Assuring Responsible Development of Our Publicly-Owned Oil and Gas Resources
Title VII of H.R.3221, the “New Direction for Energy Independence, National Security, and Consumer Protection Act” contains a number of modest but important reforms of the Department of the Interior's onshore oil and gas program.
Enactment of these important provisions will help ensure that oil and gas development on public lands takes place:
- in appropriate places with proper environmental safeguards, and
- in a manner that balances our nation's need for oil and natural gas with the need to protect the environment, wildlife, and the rights of property owners.
In addition, Title VII contains a number of innovative provisions that will help get America on the road to a sustainable energy future, protect public lands and their resources from the impacts of climate change, and begin dealing with the problems of carbon dioxide emissions to the earth's atmosphere.
Some of the key oil and gas reforms in Title VII of H.R. 3221 include:
Section 7101. Cost Recovery.
This provision amends Sec. 365 of the Energy Policy Act of 2005 (EPACT) with a requirement that applicants for drilling permits on public lands pay a modest fee of $1700 per application to partially offset the administrative costs of processing drilling permit applications. This provision will provide the Bureau of Land Management (BLM) with additional funds to process the increasing volume of drilling permit applications anticipated to be received by the BLM (predicted to be over 10,600 in FY 2008), while reducing the taxpayer costs for this program. The BLM's oil and gas program costs have increased from about $58 million in 2000 to a requested $121 million in FY 2008. Requiring the beneficiaries of the oil and gas program to help pay the administrative costs of the program they benefit from will free up tens of millions of dollars each year for other important BLM programs.
Section 7102. Permit Processing.
This section revises the arbitrary one-size-fits-all 30-day deadlines for review of drilling permit applications imposed by Section 366 of EPACT, providing the BLM with an additional 15 days to assure more careful review drilling permit applications before approving them. The current language represents a compromise from the original language of the underlying bill, which repealed the mandatory timeframe for drilling permit approval outright.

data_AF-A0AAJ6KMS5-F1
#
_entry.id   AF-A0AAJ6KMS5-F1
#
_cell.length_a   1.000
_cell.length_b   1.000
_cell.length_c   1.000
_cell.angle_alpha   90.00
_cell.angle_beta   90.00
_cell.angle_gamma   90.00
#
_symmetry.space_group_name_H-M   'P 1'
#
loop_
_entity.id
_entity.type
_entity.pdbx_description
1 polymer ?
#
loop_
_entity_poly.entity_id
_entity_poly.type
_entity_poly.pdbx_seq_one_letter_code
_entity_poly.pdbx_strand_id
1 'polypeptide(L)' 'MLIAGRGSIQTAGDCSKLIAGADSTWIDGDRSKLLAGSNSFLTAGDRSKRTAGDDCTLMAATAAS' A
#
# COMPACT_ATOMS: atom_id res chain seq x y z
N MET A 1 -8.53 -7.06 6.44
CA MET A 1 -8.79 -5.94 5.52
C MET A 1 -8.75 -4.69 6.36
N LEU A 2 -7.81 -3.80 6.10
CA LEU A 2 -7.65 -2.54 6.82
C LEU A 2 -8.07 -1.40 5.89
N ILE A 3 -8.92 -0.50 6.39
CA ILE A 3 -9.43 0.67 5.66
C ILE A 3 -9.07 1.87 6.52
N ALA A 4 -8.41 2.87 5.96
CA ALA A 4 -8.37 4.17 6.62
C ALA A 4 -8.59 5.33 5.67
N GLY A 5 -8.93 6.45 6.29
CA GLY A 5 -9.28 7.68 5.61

Section 7103. Oil shale.
This section amends Sec. 369 of EPACT in accordance with recommendations of the RAND Corporation that no commitments to a commercial scale oil shale program should be made until the results of the BLM's current oil shale research and development program are established.
The industry is many years away from establishing the commercial viability of promising new oil shale extraction technologies, yet the BLM has stated in its budget proposal for FY 2008 that it plans to hold a commercial oil shale lease sale at the end of calendar year 2008 (BLM FY 2008 “green book”, p. III-139).
The new language would provide more time for the BLM to develop a prudent approach to commercial oil shale development on the federal lands.
Section 7104. Categorical Exclusions.
This provision amends Section 390 of EPACT, which mandated that a host of oil and gas activities on the public lands be “categorically excluded” from review under the National Environmental Policy Act.
Last year the BLM granted categorical exclusions to over 2000 drilling permit applications. Section 7104 amends Sec. 390 of EPACT requiring the BLM to follow existing Council on Environmental Quality rules governing the implementation of categorical exclusions, something the BLM has refused to do.
Section 7105. Best Management Practices.
This section requires that before provisions in federal oil and gas leases designed to protect wildlife or other environmental values are waived, the public is afforded an opportunity to review and comment on such waiver requests.
Data from key BLM Field Offices where many waivers protecting wildlife are granted every year (ex. Pinedale and Rawlins, Wyoming), indicate that such waivers are granted between 70% and 90% of the time they are requested.
Under Section 106, such waivers can continue to be granted, but only after an opportunity for state wildlife agencies, the public and other interested parties have an opportunity to review and comment upon them.
The provision also provides for expedited permitting for applicants who commit to adhering to protective stipulations in their federal oil and gas leases.